How Bill Gates Hopes $1.7 Billion Can Transform the US Education System
Instead of a top-down approach, local communities will drive innovation.
Despite having the world’s richest economy, the United States still struggles to make quality education accessible to many of its children, especially students of color in low-income communities.
Last week, Bill Gates said the Bill & Melinda Gates Foundation, a partner of Global Citizen, would commit almost $1.7 billion to public education innovations in the United States with the goal of making education more accessible to all.
To help remedy these educational inequities, the world’s most generous philanthropist recently announced a massive investment in the United States’ public education system.
“Every student should get a great public education and graduate with skills to succeed in the marketplace,” Gates said during a speech at the Council of the Great City Schools conference in Cleveland, Ohio. “The role of philanthropy here is not to be the primary funder, but rather to fund pilots, to fund new ideas, to let people — it’s always the educators coming up with the ideas — to let them try them out and see what really works super well and get those to scale.”
About 60% of the funding will support "the development of new curricula and networks of schools that work together to identify local problems and solutions," Gates said, adding that local educators will drive much of the planning.
“The actual tactics about great teaching, about how to reform the schedule, how to get students who are off track on track — those will be driven by the schools themselves,” he continued.
Global Citizen advocates for quality education for all children around the world. You can take action here.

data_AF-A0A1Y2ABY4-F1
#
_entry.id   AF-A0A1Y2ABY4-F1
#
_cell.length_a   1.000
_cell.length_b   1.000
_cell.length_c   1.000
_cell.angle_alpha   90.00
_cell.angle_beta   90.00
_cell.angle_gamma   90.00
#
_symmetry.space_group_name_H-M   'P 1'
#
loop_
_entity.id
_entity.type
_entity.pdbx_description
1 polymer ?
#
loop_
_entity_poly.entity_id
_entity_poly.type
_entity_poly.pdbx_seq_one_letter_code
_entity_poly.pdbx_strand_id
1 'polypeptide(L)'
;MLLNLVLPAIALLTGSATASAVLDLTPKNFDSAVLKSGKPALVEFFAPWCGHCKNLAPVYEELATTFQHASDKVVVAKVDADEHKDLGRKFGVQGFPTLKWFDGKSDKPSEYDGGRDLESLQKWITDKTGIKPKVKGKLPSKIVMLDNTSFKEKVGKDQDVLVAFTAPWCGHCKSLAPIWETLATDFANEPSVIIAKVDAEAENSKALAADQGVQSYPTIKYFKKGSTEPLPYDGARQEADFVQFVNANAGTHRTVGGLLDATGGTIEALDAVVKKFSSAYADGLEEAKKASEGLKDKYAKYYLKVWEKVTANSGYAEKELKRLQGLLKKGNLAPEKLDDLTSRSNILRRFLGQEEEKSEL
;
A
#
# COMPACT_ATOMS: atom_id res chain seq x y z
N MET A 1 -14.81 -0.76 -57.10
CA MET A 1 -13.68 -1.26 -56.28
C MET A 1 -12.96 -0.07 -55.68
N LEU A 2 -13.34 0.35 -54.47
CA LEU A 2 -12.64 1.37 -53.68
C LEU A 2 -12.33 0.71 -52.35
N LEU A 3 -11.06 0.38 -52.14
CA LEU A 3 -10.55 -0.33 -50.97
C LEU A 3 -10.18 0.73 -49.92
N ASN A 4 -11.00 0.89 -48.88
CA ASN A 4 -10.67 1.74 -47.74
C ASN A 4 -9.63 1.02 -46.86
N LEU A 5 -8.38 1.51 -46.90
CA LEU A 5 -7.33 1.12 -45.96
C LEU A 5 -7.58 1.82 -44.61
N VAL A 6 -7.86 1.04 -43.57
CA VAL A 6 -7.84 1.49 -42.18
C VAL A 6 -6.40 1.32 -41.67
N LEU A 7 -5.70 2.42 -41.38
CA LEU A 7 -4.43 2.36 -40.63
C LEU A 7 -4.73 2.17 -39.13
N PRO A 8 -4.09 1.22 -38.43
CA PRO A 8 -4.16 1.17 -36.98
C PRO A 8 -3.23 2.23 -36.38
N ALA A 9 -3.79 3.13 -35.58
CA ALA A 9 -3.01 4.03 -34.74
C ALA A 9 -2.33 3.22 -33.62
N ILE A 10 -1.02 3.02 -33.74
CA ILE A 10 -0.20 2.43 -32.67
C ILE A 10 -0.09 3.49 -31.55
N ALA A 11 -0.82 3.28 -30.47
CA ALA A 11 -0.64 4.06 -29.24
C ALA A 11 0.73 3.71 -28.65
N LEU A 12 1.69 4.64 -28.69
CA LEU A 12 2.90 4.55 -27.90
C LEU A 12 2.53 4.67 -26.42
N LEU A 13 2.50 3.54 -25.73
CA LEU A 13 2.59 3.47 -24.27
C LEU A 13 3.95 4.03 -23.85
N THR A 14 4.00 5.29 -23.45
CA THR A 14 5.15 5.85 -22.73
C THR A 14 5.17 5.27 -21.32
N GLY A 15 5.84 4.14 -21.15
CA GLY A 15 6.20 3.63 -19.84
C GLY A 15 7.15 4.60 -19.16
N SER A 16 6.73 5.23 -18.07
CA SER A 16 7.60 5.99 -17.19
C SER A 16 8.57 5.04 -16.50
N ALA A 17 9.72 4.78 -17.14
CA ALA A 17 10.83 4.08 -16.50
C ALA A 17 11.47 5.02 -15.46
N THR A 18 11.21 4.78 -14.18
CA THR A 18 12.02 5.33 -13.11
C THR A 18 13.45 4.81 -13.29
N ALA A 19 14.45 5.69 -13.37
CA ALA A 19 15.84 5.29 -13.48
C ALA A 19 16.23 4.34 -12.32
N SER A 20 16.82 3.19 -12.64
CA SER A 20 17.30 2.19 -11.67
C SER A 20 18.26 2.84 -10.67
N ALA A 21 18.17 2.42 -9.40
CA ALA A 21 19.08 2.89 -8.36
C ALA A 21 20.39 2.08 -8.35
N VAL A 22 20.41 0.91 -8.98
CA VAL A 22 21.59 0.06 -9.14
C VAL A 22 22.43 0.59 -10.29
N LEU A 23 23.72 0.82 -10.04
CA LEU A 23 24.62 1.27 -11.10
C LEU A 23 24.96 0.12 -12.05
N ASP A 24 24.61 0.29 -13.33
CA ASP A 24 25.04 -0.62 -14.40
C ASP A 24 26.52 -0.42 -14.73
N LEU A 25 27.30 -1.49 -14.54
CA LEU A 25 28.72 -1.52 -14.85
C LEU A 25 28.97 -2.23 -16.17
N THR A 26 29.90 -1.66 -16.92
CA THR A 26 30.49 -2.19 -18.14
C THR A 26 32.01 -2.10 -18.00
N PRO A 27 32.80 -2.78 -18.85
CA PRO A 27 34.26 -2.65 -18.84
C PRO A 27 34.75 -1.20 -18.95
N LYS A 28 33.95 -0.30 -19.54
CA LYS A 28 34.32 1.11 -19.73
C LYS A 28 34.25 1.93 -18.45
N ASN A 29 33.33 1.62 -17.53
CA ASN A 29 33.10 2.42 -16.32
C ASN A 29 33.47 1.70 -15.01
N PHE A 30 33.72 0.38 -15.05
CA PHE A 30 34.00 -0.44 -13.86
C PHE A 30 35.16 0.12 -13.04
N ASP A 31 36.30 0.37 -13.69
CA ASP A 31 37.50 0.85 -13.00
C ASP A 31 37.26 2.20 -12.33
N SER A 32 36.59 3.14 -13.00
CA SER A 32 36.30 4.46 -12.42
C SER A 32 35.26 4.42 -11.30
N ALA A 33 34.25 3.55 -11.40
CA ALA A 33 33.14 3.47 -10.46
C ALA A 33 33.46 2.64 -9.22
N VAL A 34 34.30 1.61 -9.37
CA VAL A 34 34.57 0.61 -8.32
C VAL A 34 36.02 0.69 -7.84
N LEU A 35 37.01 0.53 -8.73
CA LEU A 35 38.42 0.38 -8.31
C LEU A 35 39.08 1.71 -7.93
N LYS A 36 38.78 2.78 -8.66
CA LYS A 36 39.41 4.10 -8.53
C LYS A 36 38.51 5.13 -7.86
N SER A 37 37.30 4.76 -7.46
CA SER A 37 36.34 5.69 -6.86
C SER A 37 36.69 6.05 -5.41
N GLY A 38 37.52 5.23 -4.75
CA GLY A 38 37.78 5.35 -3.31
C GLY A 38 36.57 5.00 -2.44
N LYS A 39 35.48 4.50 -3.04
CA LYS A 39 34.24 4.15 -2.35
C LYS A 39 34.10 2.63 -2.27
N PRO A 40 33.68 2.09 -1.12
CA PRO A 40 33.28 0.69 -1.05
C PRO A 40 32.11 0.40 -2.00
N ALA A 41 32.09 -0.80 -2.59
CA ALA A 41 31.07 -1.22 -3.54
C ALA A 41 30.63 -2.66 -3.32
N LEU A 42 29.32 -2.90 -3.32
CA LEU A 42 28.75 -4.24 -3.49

Gates also noted that systemic issues, including racial disparities, hinder many students’ ability to receive a quality education. His goal is to strengthen public schools in the US so they offer a higher quality of education, and make that education equally accessible to children.
“When disaggregated by race, we see two Americas,” he said. “One where white students perform along the lines of the best in the world — with achievement comparable to countries like Finland and Korea.”
In the other, he continued, “Black and Latino students perform comparably to the students in the lowest performing” bracket of the 35 developed countries that are part of the Organization for Economic Co-operation and Development.
This isn’t the first time the Gates Foundation has invested heavily in the United States’ public education system. With a personal net worth of $89.5 billion, according to Forbes, Gates and his foundation have donated $41.3 billion to global development, public health and education since 2000. In the past, he and his foundation have funded innovations like smaller schools, teacher evaluation systems and a nationwide Common Core curriculum.
In hindsight, many education experts said, those top-down initiatives did not accommodate local ideas and diverse community experiences. But many now say they welcome the Gates Foundation’s revised approach.
“To me, it says that he and the Gates Foundation leadership has perhaps listened to some of the criticism of their more top-down, outside expert-driven approach to philanthropy in education,” Megan Tompkins-Stange, a University of Michigan public policy professor told Education Week. “I could not have predicted the new approach they would take would heighten the focus on communities having more autonomy.”
“A new approach that sets its sights on the school, not the corporate boardroom as the center of educational improvement, and providing support to schools as they undertake that work is a step in the right direction,” said American Federation of Teachers president Randi Weingarten.
Gates plans to invest the $1.7 billion he committed last week over the course of five years. Some education experts say the huge investment needs to come with a sustained commitment — even if initial plans fail — and wonder about the long-term support his investment might provide.
“Will they be ready to help their school partners when new programs don’t work out so well?” wrote Non-Profit Quarterly columnist Martin Levine. “Their business model has been to develop a strategy, fund its beginnings, and then, if it does not meet expectations, cut their losses and move on.”
“Especially in high-need communities, it takes a lot of money and people to sustain change,” University of California, Los Angeles education professor Pedro Noguera told Education Week. “Hopefully they are learning from past efforts to more smartly leverage change.”